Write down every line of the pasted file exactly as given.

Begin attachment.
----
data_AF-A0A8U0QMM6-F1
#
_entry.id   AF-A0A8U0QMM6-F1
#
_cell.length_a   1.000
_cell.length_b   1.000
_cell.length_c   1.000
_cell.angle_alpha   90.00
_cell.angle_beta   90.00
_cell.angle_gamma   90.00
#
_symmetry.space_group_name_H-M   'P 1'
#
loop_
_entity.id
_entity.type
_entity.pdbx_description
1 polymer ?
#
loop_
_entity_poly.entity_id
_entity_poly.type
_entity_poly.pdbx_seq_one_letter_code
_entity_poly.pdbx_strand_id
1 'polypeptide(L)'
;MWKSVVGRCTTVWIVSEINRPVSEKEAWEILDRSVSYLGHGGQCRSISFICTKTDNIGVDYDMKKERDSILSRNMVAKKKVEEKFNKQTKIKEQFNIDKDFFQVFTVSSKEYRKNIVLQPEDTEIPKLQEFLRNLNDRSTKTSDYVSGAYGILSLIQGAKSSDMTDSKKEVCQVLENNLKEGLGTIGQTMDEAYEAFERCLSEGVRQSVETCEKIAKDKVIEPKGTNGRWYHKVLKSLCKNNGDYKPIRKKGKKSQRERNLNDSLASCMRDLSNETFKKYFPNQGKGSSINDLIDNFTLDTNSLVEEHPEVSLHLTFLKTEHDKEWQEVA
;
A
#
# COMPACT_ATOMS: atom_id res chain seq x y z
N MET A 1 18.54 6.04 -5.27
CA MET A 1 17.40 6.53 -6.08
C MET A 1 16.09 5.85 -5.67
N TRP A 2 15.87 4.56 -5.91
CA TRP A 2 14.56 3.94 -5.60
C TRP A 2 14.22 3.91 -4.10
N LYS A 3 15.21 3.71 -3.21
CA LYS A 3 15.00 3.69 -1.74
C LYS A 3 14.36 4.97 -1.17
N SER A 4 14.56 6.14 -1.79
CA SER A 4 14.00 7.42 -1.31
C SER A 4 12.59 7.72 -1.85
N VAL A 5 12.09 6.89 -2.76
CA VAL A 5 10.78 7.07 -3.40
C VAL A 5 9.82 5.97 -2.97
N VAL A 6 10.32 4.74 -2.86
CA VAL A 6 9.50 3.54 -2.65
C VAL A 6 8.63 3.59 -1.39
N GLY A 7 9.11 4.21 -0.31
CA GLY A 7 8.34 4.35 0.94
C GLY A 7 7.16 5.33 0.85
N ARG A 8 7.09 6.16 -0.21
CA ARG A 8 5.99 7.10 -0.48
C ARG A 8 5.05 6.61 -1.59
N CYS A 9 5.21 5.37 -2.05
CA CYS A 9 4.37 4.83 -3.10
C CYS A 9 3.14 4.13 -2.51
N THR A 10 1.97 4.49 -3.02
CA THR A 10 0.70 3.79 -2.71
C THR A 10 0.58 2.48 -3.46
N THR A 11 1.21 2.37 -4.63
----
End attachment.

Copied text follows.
data_AF-A0A8U0QMM6-F1
#
_entry.id   AF-A0A8U0QMM6-F1
#
_cell.length_a   1.000
_cell.length_b   1.000
_cell.length_c   1.000
_cell.angle_alpha   90.00
_cell.angle_beta   90.00
_cell.angle_gamma   90.00
#
_symmetry.space_group_name_H-M   'P 1'
#
loop_
_entity.id
_entity.type
_entity.pdbx_description
1 polymer ?
#
loop_
_entity_poly.entity_id
_entity_poly.type
_entity_poly.pdbx_seq_one_letter_code
_entity_poly.pdbx_strand_id
1 'polypeptide(L)'
;MWKSVVGRCTTVWIVSEINRPVSEKEAWEILDRSVSYLGHGGQCRSISFICTKTDNIGVDYDMKKERDSILSRNMVAKKKVEEKFNKQTKIKEQFNIDKDFFQVFTVSSKEYRKNIVLQPEDTEIPKLQEFLRNLNDRSTKTSDYVSGAYGILSLIQGAKSSDMTDSKKEVCQVLENNLKEGLGTIGQTMDEAYEAFERCLSEGVRQSVETCEKIAKDKVIEPKGTNGRWYHKVLKSLCKNNGDYKPIRKKGKKSQRERNLNDSLASCMRDLSNETFKKYFPNQGKGSSINDLIDNFTLDTNSLVEEHPEVSLHLTFLKTEHDKEWQEVA
;
A
#
# COMPACT_ATOMS: atom_id res chain seq x y z
N MET A 1 18.54 6.04 -5.27
CA MET A 1 17.40 6.53 -6.08
C MET A 1 16.09 5.85 -5.67
N TRP A 2 15.87 4.56 -5.91
CA TRP A 2 14.56 3.94 -5.60
C TRP A 2 14.22 3.91 -4.10
N LYS A 3 15.21 3.71 -3.21
CA LYS A 3 15.00 3.69 -1.74
C LYS A 3 14.36 4.97 -1.17
N SER A 4 14.56 6.14 -1.79
CA SER A 4 14.00 7.42 -1.31
C SER A 4 12.59 7.72 -1.85
N VAL A 5 12.09 6.89 -2.76
CA VAL A 5 10.78 7.07 -3.40
C VAL A 5 9.82 5.97 -2.97
N VAL A 6 10.32 4.74 -2.86
CA VAL A 6 9.50 3.54 -2.65
C VAL A 6 8.63 3.59 -1.39
N GLY A 7 9.11 4.21 -0.31
CA GLY A 7 8.34 4.35 0.94
C GLY A 7 7.16 5.33 0.85
N ARG A 8 7.09 6.16 -0.21
CA ARG A 8 5.99 7.10 -0.48
C ARG A 8 5.05 6.61 -1.59
N CYS A 9 5.21 5.37 -2.05
CA CYS A 9 4.37 4.83 -3.10
C CYS A 9 3.14 4.13 -2.51
N THR A 10 1.97 4.49 -3.02
CA THR A 10 0.70 3.79 -2.71
C THR A 10 0.58 2.48 -3.46
N THR A 11 1.21 2.37 -4.63